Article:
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Full-Text Articles in Law

Bostock Was Bogus: Textualism, Pluralism, And Title Vii, Mitchell N. Berman, Guha Krishnamurthi Jan 2021

Bostock Was Bogus: Textualism, Pluralism, And Title Vii, Mitchell N. Berman, Guha Krishnamurthi

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In Bostock v. Clayton County, one of the blockbuster cases from its 2019 Term, the Supreme Court held that federal antidiscrimination law prohibits employment discrimination on grounds of sexual orientation and gender identity. Unsurprisingly, the result won wide acclaim in the mainstream legal and popular media. Results aside, however, the reaction to Justice Neil Gorsuch’s majority opinion, which purported to ground the outcome in a textualist approach to statutory interpretation, was more mixed. The great majority of commentators, both liberal and conservative, praised Gorsuch for what they deemed a careful and sophisticated—even “magnificent” and “exemplary”—application of textualist principles, while …


Queering Bostock, Jeremiah A. Ho Jan 2021

Queering Bostock, Jeremiah A. Ho

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Although the Supreme Court’s 2020 Title VII decision, Bostock v. Clayton County, Georgia, is a victory for LGBTQ individuals, its doctrinal limitations unavoidably preserve a discriminatory status quo. This Article critically examines how and why Bostock fails to highlight the indignities experienced by queer minorities under decades of employment discrimination. In Bostock, Justice Gorsuch presents a sweeping textualist interpretation of Title VII that protects against sexual orientation and gender identity discrimination. Yet, the decision sparsely recognizes queer lived experiences, compared to prior pro-LGBTQ cases where such recognition contributed to developing an anti-stereotyping framework that confronted some of the heteronormative biases …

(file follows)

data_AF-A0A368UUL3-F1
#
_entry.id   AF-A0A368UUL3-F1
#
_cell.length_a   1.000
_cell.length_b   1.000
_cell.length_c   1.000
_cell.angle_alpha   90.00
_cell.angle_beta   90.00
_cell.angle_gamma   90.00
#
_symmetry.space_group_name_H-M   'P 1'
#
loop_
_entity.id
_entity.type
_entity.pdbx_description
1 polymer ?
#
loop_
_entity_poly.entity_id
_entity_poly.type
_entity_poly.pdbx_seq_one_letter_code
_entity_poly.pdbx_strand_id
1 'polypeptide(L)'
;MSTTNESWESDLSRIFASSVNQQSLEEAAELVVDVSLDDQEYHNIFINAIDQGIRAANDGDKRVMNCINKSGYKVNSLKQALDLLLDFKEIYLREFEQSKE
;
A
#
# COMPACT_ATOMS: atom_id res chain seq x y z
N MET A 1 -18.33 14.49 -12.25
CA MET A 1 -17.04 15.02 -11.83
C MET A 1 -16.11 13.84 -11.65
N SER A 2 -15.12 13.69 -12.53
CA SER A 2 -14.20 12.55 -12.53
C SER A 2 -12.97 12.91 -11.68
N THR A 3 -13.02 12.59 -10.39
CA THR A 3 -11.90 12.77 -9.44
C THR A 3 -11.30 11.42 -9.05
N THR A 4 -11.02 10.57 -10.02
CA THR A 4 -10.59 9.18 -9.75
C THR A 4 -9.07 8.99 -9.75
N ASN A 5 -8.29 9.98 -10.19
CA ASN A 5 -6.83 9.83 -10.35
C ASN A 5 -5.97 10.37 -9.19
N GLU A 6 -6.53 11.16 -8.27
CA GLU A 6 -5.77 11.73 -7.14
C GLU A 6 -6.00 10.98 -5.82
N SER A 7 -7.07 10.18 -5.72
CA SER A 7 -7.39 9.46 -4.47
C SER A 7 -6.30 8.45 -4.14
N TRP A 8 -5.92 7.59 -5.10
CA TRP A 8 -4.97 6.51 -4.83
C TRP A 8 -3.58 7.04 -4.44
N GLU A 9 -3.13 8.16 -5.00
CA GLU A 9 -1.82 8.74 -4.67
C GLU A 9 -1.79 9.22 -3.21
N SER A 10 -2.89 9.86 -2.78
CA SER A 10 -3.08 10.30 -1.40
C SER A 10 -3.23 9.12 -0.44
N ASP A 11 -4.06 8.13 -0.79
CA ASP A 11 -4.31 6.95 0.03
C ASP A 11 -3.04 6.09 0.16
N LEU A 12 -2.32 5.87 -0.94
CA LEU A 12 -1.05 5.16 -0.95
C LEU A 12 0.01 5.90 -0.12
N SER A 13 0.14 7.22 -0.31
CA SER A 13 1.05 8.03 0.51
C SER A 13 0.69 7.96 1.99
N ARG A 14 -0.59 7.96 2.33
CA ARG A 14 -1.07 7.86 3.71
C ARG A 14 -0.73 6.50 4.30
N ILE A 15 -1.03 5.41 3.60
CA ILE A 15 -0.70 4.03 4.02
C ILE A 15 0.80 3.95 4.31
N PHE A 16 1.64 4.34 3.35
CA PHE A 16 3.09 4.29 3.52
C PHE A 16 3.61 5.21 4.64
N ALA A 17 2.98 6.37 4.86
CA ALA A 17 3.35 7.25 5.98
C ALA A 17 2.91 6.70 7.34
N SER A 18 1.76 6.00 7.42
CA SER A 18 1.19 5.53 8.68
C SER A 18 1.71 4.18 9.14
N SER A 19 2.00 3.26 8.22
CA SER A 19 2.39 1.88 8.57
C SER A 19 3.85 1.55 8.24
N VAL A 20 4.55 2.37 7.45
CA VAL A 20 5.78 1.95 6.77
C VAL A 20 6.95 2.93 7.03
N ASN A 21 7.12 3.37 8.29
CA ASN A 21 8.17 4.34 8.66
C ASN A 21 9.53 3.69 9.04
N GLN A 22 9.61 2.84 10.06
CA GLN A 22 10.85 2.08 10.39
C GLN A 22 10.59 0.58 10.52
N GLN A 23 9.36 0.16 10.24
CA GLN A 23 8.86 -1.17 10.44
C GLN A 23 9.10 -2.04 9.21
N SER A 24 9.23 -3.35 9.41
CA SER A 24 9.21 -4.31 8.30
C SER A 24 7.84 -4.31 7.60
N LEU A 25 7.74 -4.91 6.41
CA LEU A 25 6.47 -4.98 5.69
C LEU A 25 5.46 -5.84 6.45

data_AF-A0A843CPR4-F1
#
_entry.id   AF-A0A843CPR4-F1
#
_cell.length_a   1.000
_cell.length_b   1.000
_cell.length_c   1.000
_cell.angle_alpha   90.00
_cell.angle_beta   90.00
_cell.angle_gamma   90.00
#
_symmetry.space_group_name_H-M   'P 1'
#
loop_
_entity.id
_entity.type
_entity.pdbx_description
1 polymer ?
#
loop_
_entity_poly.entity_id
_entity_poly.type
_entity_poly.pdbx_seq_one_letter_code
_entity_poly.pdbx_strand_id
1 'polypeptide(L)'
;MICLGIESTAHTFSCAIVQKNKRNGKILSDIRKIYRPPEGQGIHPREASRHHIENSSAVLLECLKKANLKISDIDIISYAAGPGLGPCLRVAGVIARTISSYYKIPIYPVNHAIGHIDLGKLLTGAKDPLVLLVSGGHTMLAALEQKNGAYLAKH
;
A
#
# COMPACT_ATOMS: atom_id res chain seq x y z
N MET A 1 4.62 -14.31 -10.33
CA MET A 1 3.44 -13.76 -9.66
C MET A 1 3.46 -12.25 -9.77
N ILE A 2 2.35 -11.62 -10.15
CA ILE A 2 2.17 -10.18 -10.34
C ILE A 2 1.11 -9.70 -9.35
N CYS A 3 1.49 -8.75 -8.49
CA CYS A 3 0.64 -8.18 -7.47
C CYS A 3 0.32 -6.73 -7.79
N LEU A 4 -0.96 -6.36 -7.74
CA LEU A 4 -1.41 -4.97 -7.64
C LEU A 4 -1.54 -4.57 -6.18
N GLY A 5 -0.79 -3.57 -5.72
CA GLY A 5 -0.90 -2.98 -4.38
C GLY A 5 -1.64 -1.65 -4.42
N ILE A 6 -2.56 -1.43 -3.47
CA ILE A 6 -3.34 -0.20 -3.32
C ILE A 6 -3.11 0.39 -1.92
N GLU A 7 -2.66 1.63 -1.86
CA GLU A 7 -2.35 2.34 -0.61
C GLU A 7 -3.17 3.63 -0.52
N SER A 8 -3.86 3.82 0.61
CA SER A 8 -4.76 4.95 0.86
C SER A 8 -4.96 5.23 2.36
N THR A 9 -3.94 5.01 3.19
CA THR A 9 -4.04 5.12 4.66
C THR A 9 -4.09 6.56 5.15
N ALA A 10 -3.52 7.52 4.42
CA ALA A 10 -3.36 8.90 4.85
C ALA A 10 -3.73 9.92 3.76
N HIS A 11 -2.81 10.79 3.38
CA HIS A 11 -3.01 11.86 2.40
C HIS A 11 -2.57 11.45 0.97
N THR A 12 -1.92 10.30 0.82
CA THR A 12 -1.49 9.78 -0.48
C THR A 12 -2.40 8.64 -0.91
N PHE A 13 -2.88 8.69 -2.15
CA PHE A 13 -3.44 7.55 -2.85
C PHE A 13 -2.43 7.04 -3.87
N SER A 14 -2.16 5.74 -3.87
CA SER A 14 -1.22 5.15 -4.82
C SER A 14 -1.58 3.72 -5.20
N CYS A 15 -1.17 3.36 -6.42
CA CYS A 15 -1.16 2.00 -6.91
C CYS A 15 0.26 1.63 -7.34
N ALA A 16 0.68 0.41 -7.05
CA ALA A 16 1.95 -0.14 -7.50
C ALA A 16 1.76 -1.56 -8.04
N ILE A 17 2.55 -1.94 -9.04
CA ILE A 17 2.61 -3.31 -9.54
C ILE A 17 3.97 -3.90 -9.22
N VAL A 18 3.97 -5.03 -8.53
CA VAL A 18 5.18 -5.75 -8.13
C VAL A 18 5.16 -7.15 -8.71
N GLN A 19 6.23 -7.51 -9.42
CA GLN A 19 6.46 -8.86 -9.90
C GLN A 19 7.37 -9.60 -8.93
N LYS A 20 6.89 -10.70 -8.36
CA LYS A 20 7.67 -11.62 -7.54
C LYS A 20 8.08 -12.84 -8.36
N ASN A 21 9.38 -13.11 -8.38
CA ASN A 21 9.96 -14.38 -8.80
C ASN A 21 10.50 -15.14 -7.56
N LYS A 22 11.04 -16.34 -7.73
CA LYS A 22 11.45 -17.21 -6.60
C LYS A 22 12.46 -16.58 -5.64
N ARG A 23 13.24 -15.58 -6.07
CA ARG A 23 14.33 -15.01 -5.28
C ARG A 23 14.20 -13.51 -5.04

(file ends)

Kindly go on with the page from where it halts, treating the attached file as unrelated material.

Sex-Based Discrimination In Healthcare Under Section 1557: The New Final Rule And Supreme Court Developments, Brietta R. Clark, Elizabeth Pendo, Gabriella Garbero Jan 2020

Sex-Based Discrimination In Healthcare Under Section 1557: The New Final Rule And Supreme Court Developments, Brietta R. Clark, Elizabeth Pendo, Gabriella Garbero

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One of the primary goals of the Patient Protection and Affordable Care Act (PPACA) has been the reduction and elimination of health disparities, generally defined as population-level health differences that adversely affect disadvantaged groups, including disparities associated with sex and gender. Many of PPACA’s general provisions — expanded access to public and private insurance coverage, guarantee issue and pricing reforms, and coverage mandates — were expected to reduce barriers and eliminate discriminatory practices targeting or disproportionately impacting women and transgender individuals. Provisions like the Women’s Health Amendment, which mandated women’s preventive healthcare to be covered without cost sharing, and the …